Pancakes

When we were first married, every Saturday morning we made pancakes.   I love Saturday morning pancakes.  We tried several different recipes but found that Bisquick worked just fine. 

When our children were old enough to eat people food, I started cooking scrambled eggs (usually just for them) and the occassional frozen waffle or a bowl of low-sugar cereal.   Pancakes are still a Saturday morning treat. 

When my husband went through a season of unemployment, he got me hooked on hot breakfast.   For a first month we ate scrambled eggs, and scrambled eggs with sausage, and scrambled eggs with cream cheese, and scrambled eggs with sausage AND cream cheese.  Needless to say, I grew weary of… scrambled eggs. 

We did eat some pancakes even during the week, but I always felt like there was a nutritional deficit with my Bisquick mix.   I have hypoglycemia so I have to be very careful… white flour (and sugar) make me cranky.   If items have whole wheat, I don’t get the crash afterwards.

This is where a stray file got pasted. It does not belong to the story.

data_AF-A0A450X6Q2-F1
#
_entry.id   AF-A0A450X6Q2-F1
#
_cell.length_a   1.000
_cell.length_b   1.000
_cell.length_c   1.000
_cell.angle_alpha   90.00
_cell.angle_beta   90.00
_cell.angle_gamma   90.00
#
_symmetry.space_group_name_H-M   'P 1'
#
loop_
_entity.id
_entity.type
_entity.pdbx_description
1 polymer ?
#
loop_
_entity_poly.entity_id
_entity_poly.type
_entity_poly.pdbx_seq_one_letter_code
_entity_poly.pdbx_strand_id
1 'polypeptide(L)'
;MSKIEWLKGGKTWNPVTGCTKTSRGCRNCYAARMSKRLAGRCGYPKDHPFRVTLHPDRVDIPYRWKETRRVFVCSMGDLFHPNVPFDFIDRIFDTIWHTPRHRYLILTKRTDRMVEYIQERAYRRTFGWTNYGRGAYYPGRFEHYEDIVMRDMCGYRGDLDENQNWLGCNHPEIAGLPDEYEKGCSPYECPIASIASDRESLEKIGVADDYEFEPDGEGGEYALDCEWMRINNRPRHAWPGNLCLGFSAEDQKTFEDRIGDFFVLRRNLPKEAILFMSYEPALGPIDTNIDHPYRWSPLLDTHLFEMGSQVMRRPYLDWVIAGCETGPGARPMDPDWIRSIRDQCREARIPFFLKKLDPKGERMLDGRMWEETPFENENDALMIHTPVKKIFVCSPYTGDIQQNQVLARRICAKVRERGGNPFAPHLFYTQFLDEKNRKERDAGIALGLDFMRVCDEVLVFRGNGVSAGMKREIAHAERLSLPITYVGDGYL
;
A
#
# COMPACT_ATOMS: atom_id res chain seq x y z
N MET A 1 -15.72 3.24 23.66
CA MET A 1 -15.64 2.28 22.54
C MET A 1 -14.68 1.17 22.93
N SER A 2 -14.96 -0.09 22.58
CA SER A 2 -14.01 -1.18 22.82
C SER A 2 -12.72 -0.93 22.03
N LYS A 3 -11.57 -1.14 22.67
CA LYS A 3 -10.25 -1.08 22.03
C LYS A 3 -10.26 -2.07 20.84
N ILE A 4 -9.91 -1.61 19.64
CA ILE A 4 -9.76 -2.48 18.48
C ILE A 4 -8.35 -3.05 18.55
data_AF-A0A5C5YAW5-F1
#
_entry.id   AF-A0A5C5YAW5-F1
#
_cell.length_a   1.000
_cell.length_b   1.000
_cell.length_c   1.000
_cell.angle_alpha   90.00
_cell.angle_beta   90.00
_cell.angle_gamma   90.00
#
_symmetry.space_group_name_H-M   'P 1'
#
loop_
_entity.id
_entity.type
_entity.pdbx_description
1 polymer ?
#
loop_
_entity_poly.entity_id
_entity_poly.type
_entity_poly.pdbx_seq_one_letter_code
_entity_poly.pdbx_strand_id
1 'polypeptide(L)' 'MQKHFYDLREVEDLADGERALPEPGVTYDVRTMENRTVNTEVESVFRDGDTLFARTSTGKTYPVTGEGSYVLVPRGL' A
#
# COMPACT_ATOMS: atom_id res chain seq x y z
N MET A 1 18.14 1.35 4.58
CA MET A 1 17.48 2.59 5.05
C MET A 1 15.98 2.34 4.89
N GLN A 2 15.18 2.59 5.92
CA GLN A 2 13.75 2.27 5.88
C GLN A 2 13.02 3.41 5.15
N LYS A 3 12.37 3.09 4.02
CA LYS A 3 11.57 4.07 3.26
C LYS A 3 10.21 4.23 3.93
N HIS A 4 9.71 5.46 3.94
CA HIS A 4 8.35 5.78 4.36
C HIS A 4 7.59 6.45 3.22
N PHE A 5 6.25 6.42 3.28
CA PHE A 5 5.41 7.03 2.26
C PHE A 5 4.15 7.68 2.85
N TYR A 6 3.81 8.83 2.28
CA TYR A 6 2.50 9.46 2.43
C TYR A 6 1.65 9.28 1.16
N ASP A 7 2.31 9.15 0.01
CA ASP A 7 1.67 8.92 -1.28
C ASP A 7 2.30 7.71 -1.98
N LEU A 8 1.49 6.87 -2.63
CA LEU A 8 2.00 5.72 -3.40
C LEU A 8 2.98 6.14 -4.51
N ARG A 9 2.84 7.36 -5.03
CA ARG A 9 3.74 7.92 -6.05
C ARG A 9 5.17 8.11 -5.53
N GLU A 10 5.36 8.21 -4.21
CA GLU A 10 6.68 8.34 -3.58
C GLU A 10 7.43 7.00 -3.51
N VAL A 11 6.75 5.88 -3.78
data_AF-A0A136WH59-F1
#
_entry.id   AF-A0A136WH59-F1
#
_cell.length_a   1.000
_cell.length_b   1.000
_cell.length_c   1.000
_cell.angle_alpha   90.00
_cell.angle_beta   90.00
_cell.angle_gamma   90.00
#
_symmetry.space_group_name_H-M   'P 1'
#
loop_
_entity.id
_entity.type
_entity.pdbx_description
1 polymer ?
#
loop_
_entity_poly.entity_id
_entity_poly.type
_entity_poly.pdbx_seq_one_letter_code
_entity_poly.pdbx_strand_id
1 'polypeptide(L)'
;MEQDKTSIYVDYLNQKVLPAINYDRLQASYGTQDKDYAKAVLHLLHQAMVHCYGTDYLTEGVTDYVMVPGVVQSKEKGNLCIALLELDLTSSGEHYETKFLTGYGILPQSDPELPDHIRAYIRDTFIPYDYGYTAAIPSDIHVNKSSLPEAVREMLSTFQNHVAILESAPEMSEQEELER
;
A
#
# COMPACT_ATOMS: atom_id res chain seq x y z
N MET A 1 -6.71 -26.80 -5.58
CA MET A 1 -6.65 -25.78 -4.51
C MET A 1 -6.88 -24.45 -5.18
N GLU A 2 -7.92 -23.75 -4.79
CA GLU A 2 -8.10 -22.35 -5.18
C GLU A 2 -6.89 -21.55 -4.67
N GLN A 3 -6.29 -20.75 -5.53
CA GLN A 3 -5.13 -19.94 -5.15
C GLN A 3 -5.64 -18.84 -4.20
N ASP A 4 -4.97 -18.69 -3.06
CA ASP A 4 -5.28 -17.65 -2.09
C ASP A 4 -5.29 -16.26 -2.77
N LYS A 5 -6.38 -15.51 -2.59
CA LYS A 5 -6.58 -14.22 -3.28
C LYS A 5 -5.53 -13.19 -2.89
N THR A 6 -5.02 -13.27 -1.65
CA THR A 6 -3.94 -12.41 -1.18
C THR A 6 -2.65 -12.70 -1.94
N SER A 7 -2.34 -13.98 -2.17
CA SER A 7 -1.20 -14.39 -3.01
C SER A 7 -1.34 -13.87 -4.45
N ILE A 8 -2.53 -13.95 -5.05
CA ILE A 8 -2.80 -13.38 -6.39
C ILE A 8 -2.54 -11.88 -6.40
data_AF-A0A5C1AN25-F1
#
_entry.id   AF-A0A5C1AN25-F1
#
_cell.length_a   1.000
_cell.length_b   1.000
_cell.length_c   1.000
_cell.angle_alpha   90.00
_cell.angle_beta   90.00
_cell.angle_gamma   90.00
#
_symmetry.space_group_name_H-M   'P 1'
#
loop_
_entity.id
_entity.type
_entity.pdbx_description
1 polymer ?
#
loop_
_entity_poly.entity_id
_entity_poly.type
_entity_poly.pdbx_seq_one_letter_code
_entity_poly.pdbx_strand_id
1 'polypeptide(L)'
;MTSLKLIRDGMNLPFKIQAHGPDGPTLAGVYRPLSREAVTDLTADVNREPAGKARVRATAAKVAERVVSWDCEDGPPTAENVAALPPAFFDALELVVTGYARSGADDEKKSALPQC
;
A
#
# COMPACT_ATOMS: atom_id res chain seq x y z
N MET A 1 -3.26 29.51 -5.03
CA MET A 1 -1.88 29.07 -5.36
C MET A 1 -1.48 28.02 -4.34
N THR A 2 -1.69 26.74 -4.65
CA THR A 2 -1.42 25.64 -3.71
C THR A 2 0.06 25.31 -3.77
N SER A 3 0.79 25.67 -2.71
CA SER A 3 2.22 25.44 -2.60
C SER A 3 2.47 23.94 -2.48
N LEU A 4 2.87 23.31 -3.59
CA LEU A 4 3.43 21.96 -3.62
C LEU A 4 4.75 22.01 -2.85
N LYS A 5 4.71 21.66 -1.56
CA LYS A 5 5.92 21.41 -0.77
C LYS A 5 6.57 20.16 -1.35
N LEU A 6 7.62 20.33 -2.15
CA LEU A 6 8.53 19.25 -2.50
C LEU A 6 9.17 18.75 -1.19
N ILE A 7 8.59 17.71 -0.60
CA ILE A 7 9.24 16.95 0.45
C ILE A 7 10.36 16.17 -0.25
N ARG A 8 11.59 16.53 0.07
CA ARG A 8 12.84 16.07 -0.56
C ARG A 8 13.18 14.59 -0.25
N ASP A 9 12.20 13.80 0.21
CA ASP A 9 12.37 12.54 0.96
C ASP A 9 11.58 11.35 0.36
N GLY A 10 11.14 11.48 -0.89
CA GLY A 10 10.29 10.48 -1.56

So I figured, I’m a smart mommy, surely there’s a homemade biscuit mix recipe!  What do you know, I found one!  Now I know that most of you, dear readers, are quite Google (and Swagbucks) savvy, and you can look up these recipes yourself.  But before I post them, I test them.  If it’s a bad recipe, I don’t post it. 

I did make some modifications to the online recipe I found…

  • Even though I’m a Southern girl, I just don’t care for Crisco.  For me, it’s not a health thing, it’s a texture thing.  I used Canola Oil instead.  It was a great substitute, but you don’t need as much oil as hydrogenated fat so I accounted for that in the recipe.  Butter would work great also.